A top court just made it harder for landlords to make you paint your flat before you leave
The Federal Court of Justice (BGH) has strengthened the rights of tenants to leave cosmetic repairs to their landlord.
A tenant living in Celle, Lower Saxony refused to paint his rented apartment once he moved out, even though he made an agreement with the previous tenant to renovate the property in exchange for some of her old furniture.
The landlady, finding his renovations to be inadequate, demanded that he pay her damages of €800 so she could repaint the apartment. Since the apartment was unrenovated when he moved in, the highest civil judges ruled in the tenant's favour on Wednesday.
According to a landmark ruling in 2015, tenants do not have to make any cosmetic repairs to an unrenovated apartment. The BGH passed this law on the premise that it would be unfair for tenants to leave properties in a better state than when they found them.
The court applied its judgement in 2015 to this unusual case from Lower Saxony. It ruled that the agreement between the present and previous tenant was ineffective and that the previous tenant is under no obligation to pay the damages.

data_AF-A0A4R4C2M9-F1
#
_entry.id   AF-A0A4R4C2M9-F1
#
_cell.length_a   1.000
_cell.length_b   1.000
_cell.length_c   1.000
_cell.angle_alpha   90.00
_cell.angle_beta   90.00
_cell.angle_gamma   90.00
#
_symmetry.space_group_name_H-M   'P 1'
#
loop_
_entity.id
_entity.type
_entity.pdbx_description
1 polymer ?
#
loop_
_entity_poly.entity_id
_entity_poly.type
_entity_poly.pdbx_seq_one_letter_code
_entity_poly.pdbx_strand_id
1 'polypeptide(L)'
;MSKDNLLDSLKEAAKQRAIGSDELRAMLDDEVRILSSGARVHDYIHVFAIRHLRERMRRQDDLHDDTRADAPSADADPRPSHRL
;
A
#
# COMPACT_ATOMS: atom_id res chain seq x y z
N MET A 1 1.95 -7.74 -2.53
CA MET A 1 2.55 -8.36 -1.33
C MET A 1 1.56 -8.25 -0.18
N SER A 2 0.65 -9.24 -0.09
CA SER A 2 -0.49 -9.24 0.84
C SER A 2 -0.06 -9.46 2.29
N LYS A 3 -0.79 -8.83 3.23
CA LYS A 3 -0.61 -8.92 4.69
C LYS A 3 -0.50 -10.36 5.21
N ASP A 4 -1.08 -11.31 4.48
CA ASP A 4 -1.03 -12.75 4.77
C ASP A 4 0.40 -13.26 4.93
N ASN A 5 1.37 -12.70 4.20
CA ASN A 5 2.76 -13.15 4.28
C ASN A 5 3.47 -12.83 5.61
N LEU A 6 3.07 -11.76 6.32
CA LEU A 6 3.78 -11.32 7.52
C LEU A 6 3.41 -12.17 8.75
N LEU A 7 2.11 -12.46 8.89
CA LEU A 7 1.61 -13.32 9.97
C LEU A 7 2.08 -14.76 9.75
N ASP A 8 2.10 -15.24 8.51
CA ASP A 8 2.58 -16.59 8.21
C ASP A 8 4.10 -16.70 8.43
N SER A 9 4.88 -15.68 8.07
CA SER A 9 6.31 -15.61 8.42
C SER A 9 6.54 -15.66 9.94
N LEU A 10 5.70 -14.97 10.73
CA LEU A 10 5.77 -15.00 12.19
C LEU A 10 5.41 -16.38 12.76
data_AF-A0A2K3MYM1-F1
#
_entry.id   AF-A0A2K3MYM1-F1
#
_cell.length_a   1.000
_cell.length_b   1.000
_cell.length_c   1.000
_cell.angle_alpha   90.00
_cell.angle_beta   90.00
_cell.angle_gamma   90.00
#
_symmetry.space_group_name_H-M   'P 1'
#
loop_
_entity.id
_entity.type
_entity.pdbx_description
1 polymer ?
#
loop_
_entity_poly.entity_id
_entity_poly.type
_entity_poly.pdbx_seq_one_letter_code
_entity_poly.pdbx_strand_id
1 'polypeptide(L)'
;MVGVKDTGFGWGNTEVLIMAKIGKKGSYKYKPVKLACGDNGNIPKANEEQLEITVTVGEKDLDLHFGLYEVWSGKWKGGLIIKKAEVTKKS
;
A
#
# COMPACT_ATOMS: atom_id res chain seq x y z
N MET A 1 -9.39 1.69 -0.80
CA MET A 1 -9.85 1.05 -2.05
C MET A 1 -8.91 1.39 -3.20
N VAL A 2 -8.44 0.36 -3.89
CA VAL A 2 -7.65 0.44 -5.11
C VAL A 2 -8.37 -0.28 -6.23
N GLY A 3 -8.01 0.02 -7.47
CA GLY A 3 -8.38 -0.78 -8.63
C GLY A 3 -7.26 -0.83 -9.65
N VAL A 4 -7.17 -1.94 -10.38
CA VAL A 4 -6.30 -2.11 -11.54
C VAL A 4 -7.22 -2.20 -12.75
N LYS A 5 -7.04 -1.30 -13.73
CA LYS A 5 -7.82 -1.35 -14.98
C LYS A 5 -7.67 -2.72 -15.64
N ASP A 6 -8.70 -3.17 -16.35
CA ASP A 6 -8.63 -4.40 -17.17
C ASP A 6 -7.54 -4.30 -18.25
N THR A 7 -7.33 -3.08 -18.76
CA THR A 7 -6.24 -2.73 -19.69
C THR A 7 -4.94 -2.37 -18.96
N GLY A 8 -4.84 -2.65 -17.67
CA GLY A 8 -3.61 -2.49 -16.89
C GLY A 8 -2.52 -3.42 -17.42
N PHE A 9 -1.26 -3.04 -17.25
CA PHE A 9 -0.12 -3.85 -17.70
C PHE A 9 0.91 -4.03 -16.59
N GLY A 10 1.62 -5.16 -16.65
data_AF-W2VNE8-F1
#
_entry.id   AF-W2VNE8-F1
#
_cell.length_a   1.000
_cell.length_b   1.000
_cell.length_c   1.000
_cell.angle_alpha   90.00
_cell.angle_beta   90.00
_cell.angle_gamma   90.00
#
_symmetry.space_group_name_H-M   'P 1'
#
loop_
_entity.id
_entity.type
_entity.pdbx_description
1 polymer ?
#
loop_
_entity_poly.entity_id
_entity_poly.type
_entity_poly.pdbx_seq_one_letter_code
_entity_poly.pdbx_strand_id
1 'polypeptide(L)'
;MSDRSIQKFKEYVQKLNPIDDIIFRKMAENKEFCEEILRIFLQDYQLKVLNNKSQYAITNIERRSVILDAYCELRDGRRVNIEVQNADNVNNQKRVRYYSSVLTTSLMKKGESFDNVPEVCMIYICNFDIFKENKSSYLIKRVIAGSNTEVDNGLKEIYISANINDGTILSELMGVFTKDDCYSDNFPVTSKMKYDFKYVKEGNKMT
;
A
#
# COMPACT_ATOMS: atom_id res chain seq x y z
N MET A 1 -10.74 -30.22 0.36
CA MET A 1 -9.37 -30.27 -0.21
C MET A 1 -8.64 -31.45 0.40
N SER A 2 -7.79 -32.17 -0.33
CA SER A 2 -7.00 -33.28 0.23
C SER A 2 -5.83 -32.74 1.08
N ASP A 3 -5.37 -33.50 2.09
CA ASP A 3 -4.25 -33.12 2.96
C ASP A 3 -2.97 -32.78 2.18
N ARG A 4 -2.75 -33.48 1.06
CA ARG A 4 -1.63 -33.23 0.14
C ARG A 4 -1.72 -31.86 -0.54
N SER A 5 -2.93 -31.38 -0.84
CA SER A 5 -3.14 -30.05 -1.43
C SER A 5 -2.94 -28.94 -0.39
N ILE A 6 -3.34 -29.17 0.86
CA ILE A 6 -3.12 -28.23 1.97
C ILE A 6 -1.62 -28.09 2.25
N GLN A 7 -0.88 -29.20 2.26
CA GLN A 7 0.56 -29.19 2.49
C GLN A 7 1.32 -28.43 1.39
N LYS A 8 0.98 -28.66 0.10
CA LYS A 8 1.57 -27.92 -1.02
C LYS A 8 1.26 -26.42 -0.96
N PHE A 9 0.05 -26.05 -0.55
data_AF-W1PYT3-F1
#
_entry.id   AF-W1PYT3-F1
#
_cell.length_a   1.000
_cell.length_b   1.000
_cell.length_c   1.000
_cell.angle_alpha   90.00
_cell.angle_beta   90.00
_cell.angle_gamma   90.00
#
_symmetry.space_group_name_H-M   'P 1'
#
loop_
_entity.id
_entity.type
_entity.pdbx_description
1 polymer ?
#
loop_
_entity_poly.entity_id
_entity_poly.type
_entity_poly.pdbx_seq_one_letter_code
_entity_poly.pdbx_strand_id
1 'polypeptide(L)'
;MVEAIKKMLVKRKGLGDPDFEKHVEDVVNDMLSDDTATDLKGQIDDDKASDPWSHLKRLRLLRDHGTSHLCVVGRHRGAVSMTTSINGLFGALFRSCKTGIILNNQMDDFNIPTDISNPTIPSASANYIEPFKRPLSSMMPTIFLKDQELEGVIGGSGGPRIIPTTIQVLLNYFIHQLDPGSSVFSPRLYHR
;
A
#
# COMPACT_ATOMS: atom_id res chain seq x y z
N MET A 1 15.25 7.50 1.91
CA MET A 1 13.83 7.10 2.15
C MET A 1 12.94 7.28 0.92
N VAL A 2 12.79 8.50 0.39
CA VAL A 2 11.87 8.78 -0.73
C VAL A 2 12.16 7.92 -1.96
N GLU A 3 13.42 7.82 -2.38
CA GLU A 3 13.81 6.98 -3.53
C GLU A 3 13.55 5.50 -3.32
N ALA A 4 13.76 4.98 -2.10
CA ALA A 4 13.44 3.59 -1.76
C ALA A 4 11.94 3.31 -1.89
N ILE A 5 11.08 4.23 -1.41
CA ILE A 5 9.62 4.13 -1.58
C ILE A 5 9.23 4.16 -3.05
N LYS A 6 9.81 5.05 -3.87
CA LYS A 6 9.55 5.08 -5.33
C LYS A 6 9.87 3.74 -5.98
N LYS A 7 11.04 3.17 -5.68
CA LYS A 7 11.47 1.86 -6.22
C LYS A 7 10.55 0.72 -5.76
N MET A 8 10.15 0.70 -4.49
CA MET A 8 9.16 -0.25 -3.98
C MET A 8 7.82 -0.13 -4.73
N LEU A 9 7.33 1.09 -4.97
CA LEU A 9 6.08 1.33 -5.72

Consequently, when it comes to renting an unrenovated property, tenants don’t have to abide by renovation clauses in their rental contract. They can simply ignore clauses in their contract that oblige them to, for example, paint the walls, whitewash the ceilings, and renovate the bathroom and kitchen every three years.
Tenants who faced a similar situation to the tenant living in Lower Saxony and already renovated their apartment despite the ineffective clauses can seek compensation. The landlord has to offer reasonable compensation for the tenant’s time and the costs of materials.
While tenants who move into an unrenovated apartment are under no obligation to make cosmetic improvements, they cannot simply pack up their boxes and leave. They must address signs of wear and tear, leaving the property in the same condition they found it in.
Tenants are also required to remove any fixtures they added to the property, from a bathroom shelf to laminate flooring, but can come to an agreement with their landlord.